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Therapeutic Radiologist

A radiology specialist demonstrates new equipment at the Schweinfurt Health Clinic.

Photo Courtesy of U.S. Army

A therapeutic radiologist, also called an interventional radiologist, treats malignant disease, such as cancer, with radiation. This sort of radiation is used to both control and alleviate symptoms of the disease. While cancer is the most widely known use for therapeutic radiology, this specialist also helps stop abnormal bleeding, detects and treats blockages, treats aneurysms and can remove urinary stones.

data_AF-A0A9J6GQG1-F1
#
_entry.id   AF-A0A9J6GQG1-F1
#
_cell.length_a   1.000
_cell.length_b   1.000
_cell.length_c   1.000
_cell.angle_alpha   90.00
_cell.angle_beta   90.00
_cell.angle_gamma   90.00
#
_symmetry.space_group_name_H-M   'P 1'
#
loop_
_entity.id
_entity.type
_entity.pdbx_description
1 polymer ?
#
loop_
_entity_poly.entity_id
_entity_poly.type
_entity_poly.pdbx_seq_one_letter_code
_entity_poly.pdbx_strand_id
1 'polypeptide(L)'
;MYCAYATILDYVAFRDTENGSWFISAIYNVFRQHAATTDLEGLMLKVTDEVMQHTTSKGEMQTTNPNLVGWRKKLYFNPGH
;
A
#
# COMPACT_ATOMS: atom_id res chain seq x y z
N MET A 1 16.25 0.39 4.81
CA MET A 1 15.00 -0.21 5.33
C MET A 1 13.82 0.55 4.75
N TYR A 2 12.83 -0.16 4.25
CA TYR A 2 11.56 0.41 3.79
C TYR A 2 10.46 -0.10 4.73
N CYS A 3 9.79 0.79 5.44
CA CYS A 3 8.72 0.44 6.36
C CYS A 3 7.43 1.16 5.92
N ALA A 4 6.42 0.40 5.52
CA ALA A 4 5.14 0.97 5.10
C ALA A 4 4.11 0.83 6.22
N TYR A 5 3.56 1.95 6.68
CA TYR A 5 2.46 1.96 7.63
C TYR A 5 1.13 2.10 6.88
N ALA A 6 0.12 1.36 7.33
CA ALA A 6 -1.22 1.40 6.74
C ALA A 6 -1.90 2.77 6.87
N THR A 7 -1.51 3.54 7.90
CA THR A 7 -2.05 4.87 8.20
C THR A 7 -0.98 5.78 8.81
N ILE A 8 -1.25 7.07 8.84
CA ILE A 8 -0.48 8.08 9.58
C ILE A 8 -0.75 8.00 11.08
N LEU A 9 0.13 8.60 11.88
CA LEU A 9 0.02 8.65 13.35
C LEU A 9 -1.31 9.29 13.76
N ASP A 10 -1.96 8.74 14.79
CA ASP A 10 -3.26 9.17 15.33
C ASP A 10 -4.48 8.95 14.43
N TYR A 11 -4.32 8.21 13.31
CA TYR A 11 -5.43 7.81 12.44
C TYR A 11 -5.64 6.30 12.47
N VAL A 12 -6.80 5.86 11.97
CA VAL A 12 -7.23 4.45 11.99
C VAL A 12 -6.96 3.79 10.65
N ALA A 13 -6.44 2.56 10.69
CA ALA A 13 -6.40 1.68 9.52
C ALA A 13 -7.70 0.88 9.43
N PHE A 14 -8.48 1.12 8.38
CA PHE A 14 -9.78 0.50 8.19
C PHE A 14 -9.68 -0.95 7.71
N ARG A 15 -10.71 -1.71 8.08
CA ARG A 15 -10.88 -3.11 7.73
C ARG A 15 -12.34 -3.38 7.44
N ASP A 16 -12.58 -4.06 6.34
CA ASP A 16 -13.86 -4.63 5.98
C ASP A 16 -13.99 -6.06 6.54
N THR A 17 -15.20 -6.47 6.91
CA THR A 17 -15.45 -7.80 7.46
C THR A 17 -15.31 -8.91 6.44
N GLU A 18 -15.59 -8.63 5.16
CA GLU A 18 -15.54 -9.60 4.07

Other procedures performed by a therapeutic radiologist include inserting feeding tubes and catheters, using ultrasound technology to look inside blood vessels, performing needle biopsies, placing stents and more.

As with practically all specialties, the Army says that when you become a therapeutic radiologist on the U.S. Army Health Care Team, you can join a ready-made practice with no overhead costs or malpractice insurance premiums.

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